Dr. Baruch:

Now, why is that important? Well, what are we talking about? Resurrection. And this was the Sadducean passage concerning how they interpreted the concept of resurrection. They didn’t believe in a bodily resurrection, they didn’t believe in a kingdom that was tied to the resurrection, they saw this way. Look again at verse 19, they quoted Moses. Where in the law of Moses? The Book of Deuteronomy 25. They said the law states that if there’s a brother and he dies after being married and there’s no son, then what happens? It says, “Then one of his brothers is supposed to marry her and,” do what? “Raise up a heir,” verse 20.

Dr. Baruch:

Well, in this illustration that they want to entrap Him they said, “There were seven brothers and the first took a wife and he died and left no seed, no offspring. And therefore, according to the Torah the second he took her but he also died prior to,” what? Prior to leaving an offspring and the third likewise. Verse 22. “And then the seventh,” they what? They all went through all seven and none of them what? Left a seed before they died. And at the end of all this woman also died. Here’s the question, verse 23. “In the resurrection,” meaning in your view, Yeshua, of the resurrection, when the dead shall rise which of the seven will this woman be to them as a wife, which one?

Dr. Baruch:

Now, they thought that they had got Him very well. I mean, which one would she belong to? But notice again, Messiah’s response. Verse 24. He said, that is Yeshua said to them, “On account not of this.” Now, that’s kind of odd. He saying, “It’s not because this is a difficult question that you air.” He said, “There’s another reason that you air,” what is that? “Because you do not know the scripture nor the power of God.” Now, before we go any further let me say this. It is written this way, why? To show a relationship, a connection between the word of God and the power of God.

Dr. Baruch:

And what does he say? Well, look again at this verse 24. “Because you do not know the scripture nor the power of God. For when the dead show raise,” they are not given in marriage and marrying, it doesn’t say this. It says, “But they are like the angels.” Now, this was a great problem for the Sadducees because the angels, what was their role? To assist, to do things, they were on assignments from God. And they’re written about in the scripture but the Sadducees, they what? They denied that. They were heretics in the sense they rejected the presence of angels because it messed up their theology.

Dr. Baruch:

He quotes and says, “They’re like the angels,” where? In heaven, the Bible speaks about a heaven. Verse 26, “Therefore concerning the dead and their resurrection, have you not read?” They quoted Moses, He’s going to quote Moses. He says, “Have you not read in the Book of Moses upon the bush?” That is when Moses was at the burning bush, “How God said to him saying, ‘I am the God of Abraham, the God of Isaac and the God of Jacob.'” He says, “He’s not a God of the dead but rather He is a God of the living.” Therefore, because they do not understand the power of God, the truth of God, the word of God, they greatly, what does He say? “They greatly err.”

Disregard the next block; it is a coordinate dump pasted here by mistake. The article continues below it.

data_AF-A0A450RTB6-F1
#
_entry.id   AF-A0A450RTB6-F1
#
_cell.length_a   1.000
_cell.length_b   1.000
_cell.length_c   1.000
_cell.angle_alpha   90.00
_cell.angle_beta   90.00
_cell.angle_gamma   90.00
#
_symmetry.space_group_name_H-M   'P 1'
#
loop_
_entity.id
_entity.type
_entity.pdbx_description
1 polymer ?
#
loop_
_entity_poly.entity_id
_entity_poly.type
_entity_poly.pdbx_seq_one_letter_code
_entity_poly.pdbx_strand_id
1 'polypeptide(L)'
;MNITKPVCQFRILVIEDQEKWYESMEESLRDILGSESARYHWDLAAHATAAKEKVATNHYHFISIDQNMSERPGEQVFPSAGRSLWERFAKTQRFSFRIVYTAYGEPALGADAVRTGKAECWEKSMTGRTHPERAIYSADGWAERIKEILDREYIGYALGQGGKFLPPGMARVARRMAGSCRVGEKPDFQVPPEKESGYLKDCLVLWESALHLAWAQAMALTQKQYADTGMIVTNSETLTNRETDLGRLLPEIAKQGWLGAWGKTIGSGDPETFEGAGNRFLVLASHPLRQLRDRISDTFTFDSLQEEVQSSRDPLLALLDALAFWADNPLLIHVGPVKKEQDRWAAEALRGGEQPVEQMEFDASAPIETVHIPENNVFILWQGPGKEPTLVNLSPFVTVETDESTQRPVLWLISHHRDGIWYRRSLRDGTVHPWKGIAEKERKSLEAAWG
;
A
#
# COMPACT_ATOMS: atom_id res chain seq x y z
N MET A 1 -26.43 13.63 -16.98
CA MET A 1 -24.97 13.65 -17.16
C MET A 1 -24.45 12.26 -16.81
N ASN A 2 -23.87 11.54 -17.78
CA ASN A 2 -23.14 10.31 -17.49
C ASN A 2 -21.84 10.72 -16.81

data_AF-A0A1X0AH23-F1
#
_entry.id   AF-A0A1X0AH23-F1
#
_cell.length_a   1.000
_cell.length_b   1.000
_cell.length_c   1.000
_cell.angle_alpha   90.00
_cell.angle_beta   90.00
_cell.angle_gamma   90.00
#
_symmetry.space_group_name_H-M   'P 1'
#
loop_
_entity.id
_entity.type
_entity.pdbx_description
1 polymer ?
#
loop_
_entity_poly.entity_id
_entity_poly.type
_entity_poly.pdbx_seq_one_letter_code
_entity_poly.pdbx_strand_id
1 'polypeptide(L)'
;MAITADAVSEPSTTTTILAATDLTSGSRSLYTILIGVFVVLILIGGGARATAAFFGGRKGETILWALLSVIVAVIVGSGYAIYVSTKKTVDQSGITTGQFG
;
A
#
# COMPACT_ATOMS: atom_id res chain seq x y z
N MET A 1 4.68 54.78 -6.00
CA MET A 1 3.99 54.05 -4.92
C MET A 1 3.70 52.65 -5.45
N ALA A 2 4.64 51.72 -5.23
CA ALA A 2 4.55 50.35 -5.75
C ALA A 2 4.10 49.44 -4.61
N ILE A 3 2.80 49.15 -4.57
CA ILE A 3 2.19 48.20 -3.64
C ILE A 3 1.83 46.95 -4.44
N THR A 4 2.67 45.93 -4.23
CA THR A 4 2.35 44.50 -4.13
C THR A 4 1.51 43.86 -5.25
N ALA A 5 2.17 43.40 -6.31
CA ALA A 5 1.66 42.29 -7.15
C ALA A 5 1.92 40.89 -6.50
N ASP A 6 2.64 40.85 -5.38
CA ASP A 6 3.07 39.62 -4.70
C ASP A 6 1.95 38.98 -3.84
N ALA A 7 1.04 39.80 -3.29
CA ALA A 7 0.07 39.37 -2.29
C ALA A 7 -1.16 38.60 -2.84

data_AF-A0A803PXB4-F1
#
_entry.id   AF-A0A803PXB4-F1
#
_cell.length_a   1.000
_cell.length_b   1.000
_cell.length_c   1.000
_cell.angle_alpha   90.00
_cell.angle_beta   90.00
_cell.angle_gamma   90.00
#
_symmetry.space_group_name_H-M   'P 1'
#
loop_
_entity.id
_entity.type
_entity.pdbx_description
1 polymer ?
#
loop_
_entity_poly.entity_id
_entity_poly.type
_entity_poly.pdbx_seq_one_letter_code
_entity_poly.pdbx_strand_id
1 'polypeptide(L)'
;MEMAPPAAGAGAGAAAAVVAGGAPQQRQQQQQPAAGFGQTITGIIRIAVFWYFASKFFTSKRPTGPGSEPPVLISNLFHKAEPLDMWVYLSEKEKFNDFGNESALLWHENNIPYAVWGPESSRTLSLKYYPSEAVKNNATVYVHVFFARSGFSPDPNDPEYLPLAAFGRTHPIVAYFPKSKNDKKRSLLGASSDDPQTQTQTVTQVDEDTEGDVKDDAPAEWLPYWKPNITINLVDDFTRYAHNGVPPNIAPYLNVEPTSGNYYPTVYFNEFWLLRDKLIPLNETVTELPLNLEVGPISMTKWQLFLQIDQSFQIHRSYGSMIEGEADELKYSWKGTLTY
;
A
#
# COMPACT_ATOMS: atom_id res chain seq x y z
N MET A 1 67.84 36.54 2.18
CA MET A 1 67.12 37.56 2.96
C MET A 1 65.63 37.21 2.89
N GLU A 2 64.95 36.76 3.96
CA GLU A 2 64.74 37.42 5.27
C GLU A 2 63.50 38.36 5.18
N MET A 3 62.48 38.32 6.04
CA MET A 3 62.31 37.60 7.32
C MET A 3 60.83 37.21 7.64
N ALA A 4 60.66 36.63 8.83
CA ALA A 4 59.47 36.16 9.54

Dr. Baruch:

Now, here’s the truth of this whole message. At the end of this section He points out the Sadducees err because of a failure to look at the whole of scripture and to have a theology, to have doctrine that is compatible with the whole of scripture, not just choosing bits and pieces. And these spiritual anti-Semitic individuals they do the same thing. They want to take a verse and build a theology, a doctrine out of that, having ripped it from its context, having failed to interpret it in light of so much scripture, having failed to understand a very important principle. And I’m going to close with this.

Dr. Baruch:

And that is, if you want to be wise you’re going to base your thoughts, your words, your actions, your doctrines, your theology on the word of God. And one place in the word of God that you should emphasize is the prophets, why? Because the prophets, one of the purposes of prophecy is to bring us under conviction. And when you are convicted by the Holy Spirit and you submit that conviction is going to turn you to God. Prophesy and the spirit of repentance go hand in hand. And as John says, it’s only a spiritually-based repentance that will bear fruit, fruit of the Kingdom. Well, my time is gone. Thank you for listening. Until next week when we continue on in the Book of Mark in chapter 12.

Speaker 1:

Well, we hope you will benefit from today’s message and share it with someone else. Please plan to join us each week at this time and on this station for the radio edition of loveisrael.org. Again, to find out more about us, please visit us at our website, loveisrael.org. There you will find articles and several other lectures from our teacher, Dr. Baruch. These teachings are in video form. You may download them or watch them in streaming video. Until next week, may the Lord bless you in our Messiah Yeshua, that is Jesus, as you walk with Him. Shalom from Israel.